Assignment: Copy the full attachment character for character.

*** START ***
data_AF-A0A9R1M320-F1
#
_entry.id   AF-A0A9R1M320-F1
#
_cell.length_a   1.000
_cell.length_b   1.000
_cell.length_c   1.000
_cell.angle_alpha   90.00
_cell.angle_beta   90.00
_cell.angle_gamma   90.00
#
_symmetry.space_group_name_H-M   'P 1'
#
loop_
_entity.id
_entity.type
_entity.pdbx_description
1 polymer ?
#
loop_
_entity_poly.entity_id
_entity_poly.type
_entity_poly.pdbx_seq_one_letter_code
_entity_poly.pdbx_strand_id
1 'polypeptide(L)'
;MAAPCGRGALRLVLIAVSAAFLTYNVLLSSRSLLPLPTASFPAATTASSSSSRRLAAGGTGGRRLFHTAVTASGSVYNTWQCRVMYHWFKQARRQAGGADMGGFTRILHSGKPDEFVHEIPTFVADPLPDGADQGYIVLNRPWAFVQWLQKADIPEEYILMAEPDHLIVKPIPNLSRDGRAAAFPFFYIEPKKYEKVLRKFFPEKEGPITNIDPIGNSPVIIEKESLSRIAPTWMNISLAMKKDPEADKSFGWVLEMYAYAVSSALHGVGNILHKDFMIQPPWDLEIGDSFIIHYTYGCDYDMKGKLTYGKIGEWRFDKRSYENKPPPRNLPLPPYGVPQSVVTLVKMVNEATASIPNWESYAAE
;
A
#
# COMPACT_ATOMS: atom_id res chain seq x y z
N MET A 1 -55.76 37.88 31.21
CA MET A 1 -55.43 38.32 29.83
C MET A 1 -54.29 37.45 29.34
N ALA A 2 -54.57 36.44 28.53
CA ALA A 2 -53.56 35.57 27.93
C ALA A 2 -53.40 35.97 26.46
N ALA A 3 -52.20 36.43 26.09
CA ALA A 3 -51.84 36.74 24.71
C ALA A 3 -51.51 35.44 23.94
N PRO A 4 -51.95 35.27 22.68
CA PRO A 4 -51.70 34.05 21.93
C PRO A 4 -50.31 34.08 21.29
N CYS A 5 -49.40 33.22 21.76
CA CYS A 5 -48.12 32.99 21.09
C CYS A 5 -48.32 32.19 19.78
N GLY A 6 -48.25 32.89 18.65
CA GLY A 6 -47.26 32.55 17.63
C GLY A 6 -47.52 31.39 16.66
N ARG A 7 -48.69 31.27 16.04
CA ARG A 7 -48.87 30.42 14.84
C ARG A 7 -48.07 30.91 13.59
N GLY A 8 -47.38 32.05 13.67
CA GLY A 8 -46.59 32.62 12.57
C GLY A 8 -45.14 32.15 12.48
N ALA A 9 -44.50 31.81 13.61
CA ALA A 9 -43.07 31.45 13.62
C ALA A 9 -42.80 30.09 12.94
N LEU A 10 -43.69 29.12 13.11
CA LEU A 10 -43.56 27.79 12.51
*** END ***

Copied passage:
data_AF-A0A9R1M320-F1
#
_entry.id   AF-A0A9R1M320-F1
#
_cell.length_a   1.000
_cell.length_b   1.000
_cell.length_c   1.000
_cell.angle_alpha   90.00
_cell.angle_beta   90.00
_cell.angle_gamma   90.00
#
_symmetry.space_group_name_H-M   'P 1'
#
loop_
_entity.id
_entity.type
_entity.pdbx_description
1 polymer ?
#
loop_
_entity_poly.entity_id
_entity_poly.type
_entity_poly.pdbx_seq_one_letter_code
_entity_poly.pdbx_strand_id
1 'polypeptide(L)'
;MAAPCGRGALRLVLIAVSAAFLTYNVLLSSRSLLPLPTASFPAATTASSSSSRRLAAGGTGGRRLFHTAVTASGSVYNTWQCRVMYHWFKQARRQAGGADMGGFTRILHSGKPDEFVHEIPTFVADPLPDGADQGYIVLNRPWAFVQWLQKADIPEEYILMAEPDHLIVKPIPNLSRDGRAAAFPFFYIEPKKYEKVLRKFFPEKEGPITNIDPIGNSPVIIEKESLSRIAPTWMNISLAMKKDPEADKSFGWVLEMYAYAVSSALHGVGNILHKDFMIQPPWDLEIGDSFIIHYTYGCDYDMKGKLTYGKIGEWRFDKRSYENKPPPRNLPLPPYGVPQSVVTLVKMVNEATASIPNWESYAAE
;
A
#
# COMPACT_ATOMS: atom_id res chain seq x y z
N MET A 1 -55.76 37.88 31.21
CA MET A 1 -55.43 38.32 29.83
C MET A 1 -54.29 37.45 29.34
N ALA A 2 -54.57 36.44 28.53
CA ALA A 2 -53.56 35.57 27.93
C ALA A 2 -53.40 35.97 26.46
N ALA A 3 -52.20 36.43 26.09
CA ALA A 3 -51.84 36.74 24.71
C ALA A 3 -51.51 35.44 23.94
N PRO A 4 -51.95 35.27 22.68
CA PRO A 4 -51.70 34.05 21.93
C PRO A 4 -50.31 34.08 21.29
N CYS A 5 -49.40 33.22 21.76
CA CYS A 5 -48.12 32.99 21.09
C CYS A 5 -48.32 32.19 19.78
N GLY A 6 -48.25 32.89 18.65
CA GLY A 6 -47.26 32.55 17.63
C GLY A 6 -47.52 31.39 16.66
N ARG A 7 -48.69 31.27 16.04
CA ARG A 7 -48.87 30.42 14.84
C ARG A 7 -48.07 30.91 13.59
N GLY A 8 -47.38 32.05 13.67
CA GLY A 8 -46.59 32.62 12.57
C GLY A 8 -45.14 32.15 12.48
N ALA A 9 -44.50 31.81 13.61
CA ALA A 9 -43.07 31.45 13.62
C ALA A 9 -42.80 30.09 12.94
N LEU A 10 -43.69 29.12 13.11
CA LEU A 10 -43.56 27.79 12.51